The Department of Defense has reported the successful testing of a drone “swarm,” with over 100 unmanned aerial vehicles conducting trial missions after being successfully deployed by military fighters.
The DoD’s Strategic Capabilities Office and Naval Air Systems Command successfully demonstrated the micro-drone swarm in October of last year, having launched 103 “Perdix” drones from munitions pods mounted on F/A-18 Super Hornets before ordering the drones to organize and go on mock missions.
The event was featured on Sunday’s CBS News program, “60 Minutes.”
“I congratulate the Strategic Capabilities Office for this successful demonstration,” said Secretary of Defense Ash Carter, who founded the SCO in 2012. “This is the kind of cutting-edge innovation that will keep us a step ahead of our adversaries. This demonstration will advance our development of autonomous systems.”
SCO Director William Roper explained the nature of the drones and how they communicate with each other.
“Due to the complex nature of combat, Perdix are not pre-programmed synchronized individuals, they are a collective organism, sharing one distributed brain for decision-making and adapting to each other like swarms in nature,” Roper said. “Because every Perdix communicates and collaborates with every other Perdix, the swarm has no leader and can gracefully adapt to drones entering or exiting the team.”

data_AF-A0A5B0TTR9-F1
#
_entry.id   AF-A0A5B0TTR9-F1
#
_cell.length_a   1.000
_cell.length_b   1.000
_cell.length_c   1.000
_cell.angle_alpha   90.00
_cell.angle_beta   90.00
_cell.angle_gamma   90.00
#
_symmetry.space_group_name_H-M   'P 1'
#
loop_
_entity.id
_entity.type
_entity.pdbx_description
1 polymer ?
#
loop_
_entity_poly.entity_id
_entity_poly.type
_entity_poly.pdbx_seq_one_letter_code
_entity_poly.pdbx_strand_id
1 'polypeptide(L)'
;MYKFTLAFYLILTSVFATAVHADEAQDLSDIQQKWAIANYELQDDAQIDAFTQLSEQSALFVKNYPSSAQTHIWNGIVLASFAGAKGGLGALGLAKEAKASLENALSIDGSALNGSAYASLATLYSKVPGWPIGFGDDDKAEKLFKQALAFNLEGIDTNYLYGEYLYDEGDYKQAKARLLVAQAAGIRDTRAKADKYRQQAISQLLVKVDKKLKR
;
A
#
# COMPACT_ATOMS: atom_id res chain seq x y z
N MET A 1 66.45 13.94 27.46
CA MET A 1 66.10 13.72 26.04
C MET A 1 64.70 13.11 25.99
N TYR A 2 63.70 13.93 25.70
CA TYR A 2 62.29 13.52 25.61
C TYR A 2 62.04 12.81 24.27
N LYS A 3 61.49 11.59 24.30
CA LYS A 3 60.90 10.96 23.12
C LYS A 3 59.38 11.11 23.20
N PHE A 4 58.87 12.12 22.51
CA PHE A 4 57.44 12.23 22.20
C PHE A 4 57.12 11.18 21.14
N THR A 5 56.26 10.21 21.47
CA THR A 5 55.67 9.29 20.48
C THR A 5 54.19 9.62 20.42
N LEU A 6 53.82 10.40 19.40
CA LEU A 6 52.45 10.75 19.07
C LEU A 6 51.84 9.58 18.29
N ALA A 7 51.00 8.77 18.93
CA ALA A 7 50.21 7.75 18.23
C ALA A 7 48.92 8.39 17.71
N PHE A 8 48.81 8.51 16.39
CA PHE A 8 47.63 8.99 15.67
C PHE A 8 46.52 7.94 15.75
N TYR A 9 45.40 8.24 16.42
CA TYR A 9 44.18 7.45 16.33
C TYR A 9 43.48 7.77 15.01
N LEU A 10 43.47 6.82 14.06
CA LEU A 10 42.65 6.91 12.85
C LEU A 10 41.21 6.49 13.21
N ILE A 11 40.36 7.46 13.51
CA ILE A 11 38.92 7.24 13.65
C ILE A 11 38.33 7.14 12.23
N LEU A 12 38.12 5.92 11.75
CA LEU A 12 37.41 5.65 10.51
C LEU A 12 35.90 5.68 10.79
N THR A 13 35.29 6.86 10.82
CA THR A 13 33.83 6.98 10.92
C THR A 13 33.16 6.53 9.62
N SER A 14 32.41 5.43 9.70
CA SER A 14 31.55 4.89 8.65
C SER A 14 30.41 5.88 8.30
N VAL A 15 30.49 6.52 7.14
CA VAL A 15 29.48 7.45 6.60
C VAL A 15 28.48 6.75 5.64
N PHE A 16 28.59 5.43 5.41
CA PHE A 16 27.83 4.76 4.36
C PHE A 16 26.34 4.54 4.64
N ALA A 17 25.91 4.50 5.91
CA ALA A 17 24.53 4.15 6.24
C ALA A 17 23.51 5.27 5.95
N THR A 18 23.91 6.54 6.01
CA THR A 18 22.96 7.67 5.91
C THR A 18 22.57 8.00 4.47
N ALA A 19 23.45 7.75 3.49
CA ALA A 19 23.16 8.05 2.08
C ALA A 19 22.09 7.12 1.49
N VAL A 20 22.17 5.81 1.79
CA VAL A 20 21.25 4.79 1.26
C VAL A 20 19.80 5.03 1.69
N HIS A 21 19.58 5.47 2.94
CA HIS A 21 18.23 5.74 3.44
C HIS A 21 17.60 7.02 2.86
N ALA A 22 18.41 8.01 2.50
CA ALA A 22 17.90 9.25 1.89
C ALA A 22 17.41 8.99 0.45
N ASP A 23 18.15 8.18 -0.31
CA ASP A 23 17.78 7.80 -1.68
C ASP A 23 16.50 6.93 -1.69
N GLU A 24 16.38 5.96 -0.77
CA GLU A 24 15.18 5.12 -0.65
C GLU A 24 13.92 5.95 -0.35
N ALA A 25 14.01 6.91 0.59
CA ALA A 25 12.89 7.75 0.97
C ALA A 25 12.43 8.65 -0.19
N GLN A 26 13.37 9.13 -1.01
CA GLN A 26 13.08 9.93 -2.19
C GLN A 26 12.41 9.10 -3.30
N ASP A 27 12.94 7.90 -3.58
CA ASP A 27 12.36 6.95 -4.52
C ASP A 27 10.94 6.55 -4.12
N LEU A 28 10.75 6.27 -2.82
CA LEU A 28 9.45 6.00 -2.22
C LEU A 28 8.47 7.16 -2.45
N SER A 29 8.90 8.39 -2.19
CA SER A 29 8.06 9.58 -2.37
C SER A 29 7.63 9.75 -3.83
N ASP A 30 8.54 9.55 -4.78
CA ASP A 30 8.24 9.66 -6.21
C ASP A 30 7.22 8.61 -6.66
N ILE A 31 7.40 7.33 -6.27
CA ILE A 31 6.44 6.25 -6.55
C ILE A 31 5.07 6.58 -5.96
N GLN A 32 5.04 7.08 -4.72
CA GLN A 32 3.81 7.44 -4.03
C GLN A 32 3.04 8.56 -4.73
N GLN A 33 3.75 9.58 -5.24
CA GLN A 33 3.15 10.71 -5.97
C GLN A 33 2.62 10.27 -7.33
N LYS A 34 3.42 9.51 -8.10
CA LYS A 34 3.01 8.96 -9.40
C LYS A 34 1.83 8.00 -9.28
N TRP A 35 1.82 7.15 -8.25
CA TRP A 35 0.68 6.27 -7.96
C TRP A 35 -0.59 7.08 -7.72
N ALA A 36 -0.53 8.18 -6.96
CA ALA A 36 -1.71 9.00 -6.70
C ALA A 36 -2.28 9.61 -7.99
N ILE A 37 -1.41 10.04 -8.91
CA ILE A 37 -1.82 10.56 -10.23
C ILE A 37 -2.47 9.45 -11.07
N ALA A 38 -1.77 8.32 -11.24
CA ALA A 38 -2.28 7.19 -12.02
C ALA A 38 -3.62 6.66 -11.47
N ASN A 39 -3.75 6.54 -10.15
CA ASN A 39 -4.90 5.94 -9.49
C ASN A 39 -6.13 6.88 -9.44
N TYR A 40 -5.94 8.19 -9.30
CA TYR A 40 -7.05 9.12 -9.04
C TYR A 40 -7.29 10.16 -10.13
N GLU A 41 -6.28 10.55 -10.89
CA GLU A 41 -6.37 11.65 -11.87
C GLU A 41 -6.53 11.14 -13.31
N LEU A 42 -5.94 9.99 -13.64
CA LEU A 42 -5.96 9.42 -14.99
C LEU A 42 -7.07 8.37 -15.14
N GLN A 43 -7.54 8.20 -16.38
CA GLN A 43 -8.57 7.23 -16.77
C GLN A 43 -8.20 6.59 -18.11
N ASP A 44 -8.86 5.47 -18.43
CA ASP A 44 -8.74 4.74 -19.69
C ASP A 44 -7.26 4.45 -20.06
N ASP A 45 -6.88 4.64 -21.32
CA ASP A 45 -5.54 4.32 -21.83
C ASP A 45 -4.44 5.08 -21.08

The demonstration had the 100+ Perdix units conduct missions, heading to different locations on a map and performing observation duties.
Designed by MIT students, the he Perdix drones were modified for military use back in 2013. In addition to their complex nature, the drones are relatively sturdy, having been able to survive high-speed deployment from the F/A-18s.
In an interview with 60 Minutes, Roper noted that the SCO is currently looking for ways to arm the drones so that they may defend themselves.
“We are looking into defensive capability for a robot- armed robots,” he said.
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